Ready to Work program far short of early targets, but city says long-term goals remain the same
Instead of interviewing 9,817 people in the first year as it originally expected, the city now only expects to interview 7,086 by June 30 - a 28% drop. And it only expects to get half as many people enrolled in a certification or degree program - 2,882 instead of 5,758.
Labor secretary: SA workforce program “should be a model for the rest of the country”
U.S. Secretary of Labor Marty Walsh said the federal government should be investing in programs like Ready to Work, which uses city sales tax dollars to fund job training and degree programs for low-income residents.
Council poised to put voter-approved job training program to work
In a presentation to council members, city staff laid out the basic structure of the program, which is expected to place put more than 28,000 people into either certification and degree programs and result in at least 15,728 people into “high-quality” jobs in in-demand fields.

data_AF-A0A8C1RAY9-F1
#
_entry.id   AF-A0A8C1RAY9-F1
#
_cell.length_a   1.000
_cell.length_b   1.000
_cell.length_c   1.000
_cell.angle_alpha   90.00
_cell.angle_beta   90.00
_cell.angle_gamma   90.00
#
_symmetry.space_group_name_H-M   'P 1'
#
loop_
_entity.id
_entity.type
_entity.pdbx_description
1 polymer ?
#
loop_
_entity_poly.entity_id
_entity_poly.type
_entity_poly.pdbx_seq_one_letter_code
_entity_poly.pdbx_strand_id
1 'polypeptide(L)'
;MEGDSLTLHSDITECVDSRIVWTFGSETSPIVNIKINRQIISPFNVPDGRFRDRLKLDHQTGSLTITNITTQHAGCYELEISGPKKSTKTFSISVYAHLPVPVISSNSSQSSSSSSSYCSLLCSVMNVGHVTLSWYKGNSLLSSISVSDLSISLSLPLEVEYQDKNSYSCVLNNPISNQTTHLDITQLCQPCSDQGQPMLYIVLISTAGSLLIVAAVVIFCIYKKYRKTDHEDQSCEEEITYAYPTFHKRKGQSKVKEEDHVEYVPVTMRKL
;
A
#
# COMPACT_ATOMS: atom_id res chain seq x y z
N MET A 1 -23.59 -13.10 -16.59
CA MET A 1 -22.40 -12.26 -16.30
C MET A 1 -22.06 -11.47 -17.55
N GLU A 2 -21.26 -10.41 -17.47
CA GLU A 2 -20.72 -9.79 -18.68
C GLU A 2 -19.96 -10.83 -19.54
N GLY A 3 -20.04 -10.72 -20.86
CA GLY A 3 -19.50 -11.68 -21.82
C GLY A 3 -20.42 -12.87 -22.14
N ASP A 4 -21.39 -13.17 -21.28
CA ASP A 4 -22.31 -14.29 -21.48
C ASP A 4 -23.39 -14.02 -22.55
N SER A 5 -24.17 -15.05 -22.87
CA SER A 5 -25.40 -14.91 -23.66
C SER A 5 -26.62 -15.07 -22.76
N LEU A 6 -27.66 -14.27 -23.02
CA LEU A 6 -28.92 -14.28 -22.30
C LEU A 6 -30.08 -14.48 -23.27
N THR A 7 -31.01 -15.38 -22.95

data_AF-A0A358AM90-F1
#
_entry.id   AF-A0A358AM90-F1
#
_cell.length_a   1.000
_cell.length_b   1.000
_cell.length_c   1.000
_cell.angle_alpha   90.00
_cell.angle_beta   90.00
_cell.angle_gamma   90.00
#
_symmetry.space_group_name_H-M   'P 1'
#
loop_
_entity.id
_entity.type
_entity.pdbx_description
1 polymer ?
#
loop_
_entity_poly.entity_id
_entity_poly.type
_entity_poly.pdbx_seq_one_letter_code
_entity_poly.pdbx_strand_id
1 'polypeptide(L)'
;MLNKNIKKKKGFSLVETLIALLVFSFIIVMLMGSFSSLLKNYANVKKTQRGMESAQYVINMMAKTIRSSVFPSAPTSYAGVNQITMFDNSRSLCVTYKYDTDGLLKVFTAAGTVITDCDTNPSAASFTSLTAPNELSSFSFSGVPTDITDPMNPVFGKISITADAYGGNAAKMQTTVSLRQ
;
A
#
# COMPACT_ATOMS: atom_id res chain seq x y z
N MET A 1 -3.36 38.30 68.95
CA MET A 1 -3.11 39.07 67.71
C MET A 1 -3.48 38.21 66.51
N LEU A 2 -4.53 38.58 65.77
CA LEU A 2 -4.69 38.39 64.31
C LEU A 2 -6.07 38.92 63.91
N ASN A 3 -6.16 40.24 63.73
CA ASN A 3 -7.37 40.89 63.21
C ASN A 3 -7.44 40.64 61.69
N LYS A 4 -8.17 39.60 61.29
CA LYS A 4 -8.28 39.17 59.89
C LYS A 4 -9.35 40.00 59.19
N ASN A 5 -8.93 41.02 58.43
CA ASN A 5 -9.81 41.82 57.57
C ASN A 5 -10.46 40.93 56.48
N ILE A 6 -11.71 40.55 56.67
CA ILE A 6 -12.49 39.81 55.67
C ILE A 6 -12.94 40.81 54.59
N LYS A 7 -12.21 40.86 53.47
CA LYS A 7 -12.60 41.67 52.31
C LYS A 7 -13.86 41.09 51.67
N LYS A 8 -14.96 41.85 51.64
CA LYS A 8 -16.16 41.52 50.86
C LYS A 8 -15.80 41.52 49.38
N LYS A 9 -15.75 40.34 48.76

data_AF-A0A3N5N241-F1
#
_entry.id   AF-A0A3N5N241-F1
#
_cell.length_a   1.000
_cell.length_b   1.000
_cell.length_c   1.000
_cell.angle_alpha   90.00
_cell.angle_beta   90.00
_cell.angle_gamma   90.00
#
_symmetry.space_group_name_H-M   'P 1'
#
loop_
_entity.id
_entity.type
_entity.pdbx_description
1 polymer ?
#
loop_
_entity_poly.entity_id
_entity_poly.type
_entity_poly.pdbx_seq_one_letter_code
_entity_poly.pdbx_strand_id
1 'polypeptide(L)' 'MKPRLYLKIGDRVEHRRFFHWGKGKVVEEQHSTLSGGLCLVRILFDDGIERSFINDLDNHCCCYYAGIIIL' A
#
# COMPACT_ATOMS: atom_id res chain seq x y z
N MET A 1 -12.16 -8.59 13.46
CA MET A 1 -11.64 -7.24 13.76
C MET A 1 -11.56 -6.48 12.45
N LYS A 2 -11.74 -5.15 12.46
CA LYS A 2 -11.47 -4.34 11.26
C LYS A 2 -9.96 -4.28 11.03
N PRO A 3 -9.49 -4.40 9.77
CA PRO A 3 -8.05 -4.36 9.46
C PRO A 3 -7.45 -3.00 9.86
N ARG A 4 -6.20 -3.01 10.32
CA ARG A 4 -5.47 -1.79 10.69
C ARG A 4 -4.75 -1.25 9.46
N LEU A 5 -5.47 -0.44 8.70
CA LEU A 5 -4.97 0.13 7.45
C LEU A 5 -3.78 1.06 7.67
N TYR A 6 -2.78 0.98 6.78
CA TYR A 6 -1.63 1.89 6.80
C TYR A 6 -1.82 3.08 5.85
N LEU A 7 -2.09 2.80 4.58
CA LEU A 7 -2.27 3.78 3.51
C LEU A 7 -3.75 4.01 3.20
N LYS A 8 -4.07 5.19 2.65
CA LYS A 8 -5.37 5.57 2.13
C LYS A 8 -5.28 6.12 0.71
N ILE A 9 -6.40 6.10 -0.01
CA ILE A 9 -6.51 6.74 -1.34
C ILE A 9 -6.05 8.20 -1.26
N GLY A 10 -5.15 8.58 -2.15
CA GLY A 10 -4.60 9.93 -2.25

SA: Ready to Work program has tax funding, but there are still details to be worked out
SAN ANTONIO – Tuesday night was one of celebration for San Antonio Mayor Ron Nirenberg, who saw voters overwhelmingly approve a sales tax to pay for his SA: Ready to Work program. As of a mid-day tally of votes on Wednesday, Proposition B had passed with 76.9% approval from San Antonio voters. “We will also work out over the next intervening months the actual work plan -- the implementation plan -- that will be presented and finalized and approved in the spring of ’21. The workforce program is meant to take over around the time an existing workforce training program, under the city’s COVID-19 Recovery and Resiliency Plan, is finishing up. The city will collect the tax through the end of 2025 before it is diverted to transportation funding, which San Antonio voters also approved on Tuesday.